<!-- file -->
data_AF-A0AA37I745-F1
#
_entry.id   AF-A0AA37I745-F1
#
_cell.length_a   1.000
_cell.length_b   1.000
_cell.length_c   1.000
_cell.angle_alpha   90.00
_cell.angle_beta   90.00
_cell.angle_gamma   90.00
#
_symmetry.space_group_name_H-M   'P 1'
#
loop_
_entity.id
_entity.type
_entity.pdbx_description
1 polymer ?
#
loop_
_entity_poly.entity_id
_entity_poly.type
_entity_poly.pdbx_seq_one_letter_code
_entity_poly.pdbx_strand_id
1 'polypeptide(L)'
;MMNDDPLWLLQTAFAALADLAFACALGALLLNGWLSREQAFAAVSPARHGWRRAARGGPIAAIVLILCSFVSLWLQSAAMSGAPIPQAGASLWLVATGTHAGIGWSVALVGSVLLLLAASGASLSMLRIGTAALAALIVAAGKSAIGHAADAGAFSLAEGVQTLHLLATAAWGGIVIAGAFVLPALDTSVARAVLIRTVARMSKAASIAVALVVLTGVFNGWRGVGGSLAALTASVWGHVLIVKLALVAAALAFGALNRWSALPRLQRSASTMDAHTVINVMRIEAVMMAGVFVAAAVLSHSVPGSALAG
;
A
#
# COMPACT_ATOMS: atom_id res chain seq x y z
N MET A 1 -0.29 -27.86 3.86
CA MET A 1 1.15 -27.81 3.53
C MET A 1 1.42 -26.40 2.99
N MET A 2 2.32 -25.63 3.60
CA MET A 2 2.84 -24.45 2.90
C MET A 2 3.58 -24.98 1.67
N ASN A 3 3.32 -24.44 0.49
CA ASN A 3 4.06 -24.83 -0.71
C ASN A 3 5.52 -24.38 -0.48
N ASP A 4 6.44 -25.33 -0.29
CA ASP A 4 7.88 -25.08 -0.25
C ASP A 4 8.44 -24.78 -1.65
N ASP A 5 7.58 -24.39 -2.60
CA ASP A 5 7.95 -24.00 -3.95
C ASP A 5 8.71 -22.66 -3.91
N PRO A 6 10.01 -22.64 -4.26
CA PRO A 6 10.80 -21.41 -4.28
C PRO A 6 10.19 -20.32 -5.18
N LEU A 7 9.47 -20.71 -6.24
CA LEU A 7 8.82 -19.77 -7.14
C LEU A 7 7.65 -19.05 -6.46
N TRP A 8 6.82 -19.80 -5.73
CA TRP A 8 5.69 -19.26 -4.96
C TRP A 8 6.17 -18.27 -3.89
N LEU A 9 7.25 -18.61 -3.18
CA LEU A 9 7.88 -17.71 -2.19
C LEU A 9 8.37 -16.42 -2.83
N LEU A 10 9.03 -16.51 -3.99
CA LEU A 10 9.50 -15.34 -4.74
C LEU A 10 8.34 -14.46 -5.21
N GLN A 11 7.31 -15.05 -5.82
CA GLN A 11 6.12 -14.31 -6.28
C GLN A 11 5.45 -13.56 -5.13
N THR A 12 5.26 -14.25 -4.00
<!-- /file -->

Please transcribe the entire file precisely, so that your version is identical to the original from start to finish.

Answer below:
data_AF-A0AA37I745-F1
#
_entry.id   AF-A0AA37I745-F1
#
_cell.length_a   1.000
_cell.length_b   1.000
_cell.length_c   1.000
_cell.angle_alpha   90.00
_cell.angle_beta   90.00
_cell.angle_gamma   90.00
#
_symmetry.space_group_name_H-M   'P 1'
#
loop_
_entity.id
_entity.type
_entity.pdbx_description
1 polymer ?
#
loop_
_entity_poly.entity_id
_entity_poly.type
_entity_poly.pdbx_seq_one_letter_code
_entity_poly.pdbx_strand_id
1 'polypeptide(L)'
;MMNDDPLWLLQTAFAALADLAFACALGALLLNGWLSREQAFAAVSPARHGWRRAARGGPIAAIVLILCSFVSLWLQSAAMSGAPIPQAGASLWLVATGTHAGIGWSVALVGSVLLLLAASGASLSMLRIGTAALAALIVAAGKSAIGHAADAGAFSLAEGVQTLHLLATAAWGGIVIAGAFVLPALDTSVARAVLIRTVARMSKAASIAVALVVLTGVFNGWRGVGGSLAALTASVWGHVLIVKLALVAAALAFGALNRWSALPRLQRSASTMDAHTVINVMRIEAVMMAGVFVAAAVLSHSVPGSALAG
;
A
#
# COMPACT_ATOMS: atom_id res chain seq x y z
N MET A 1 -0.29 -27.86 3.86
CA MET A 1 1.15 -27.81 3.53
C MET A 1 1.42 -26.40 2.99
N MET A 2 2.32 -25.63 3.60
CA MET A 2 2.84 -24.45 2.90
C MET A 2 3.58 -24.98 1.67
N ASN A 3 3.32 -24.44 0.49
CA ASN A 3 4.06 -24.83 -0.71
C ASN A 3 5.52 -24.38 -0.48
N ASP A 4 6.44 -25.33 -0.29
CA ASP A 4 7.88 -25.08 -0.25
C ASP A 4 8.44 -24.78 -1.65
N ASP A 5 7.58 -24.39 -2.60
CA ASP A 5 7.95 -24.00 -3.95
C ASP A 5 8.71 -22.66 -3.91
N PRO A 6 10.01 -22.64 -4.26
CA PRO A 6 10.80 -21.41 -4.28
C PRO A 6 10.19 -20.32 -5.18
N LEU A 7 9.47 -20.71 -6.24
CA LEU A 7 8.82 -19.77 -7.14
C LEU A 7 7.65 -19.05 -6.46
N TRP A 8 6.82 -19.80 -5.73
CA TRP A 8 5.69 -19.26 -4.96
C TRP A 8 6.17 -18.27 -3.89
N LEU A 9 7.25 -18.61 -3.18
CA LEU A 9 7.88 -17.71 -2.19
C LEU A 9 8.37 -16.42 -2.83
N LEU A 10 9.03 -16.51 -3.99
CA LEU A 10 9.50 -15.34 -4.74
C LEU A 10 8.34 -14.46 -5.21
N GLN A 11 7.31 -15.05 -5.82
CA GLN A 11 6.12 -14.31 -6.28
C GLN A 11 5.45 -13.56 -5.13
N THR A 12 5.26 -14.25 -4.00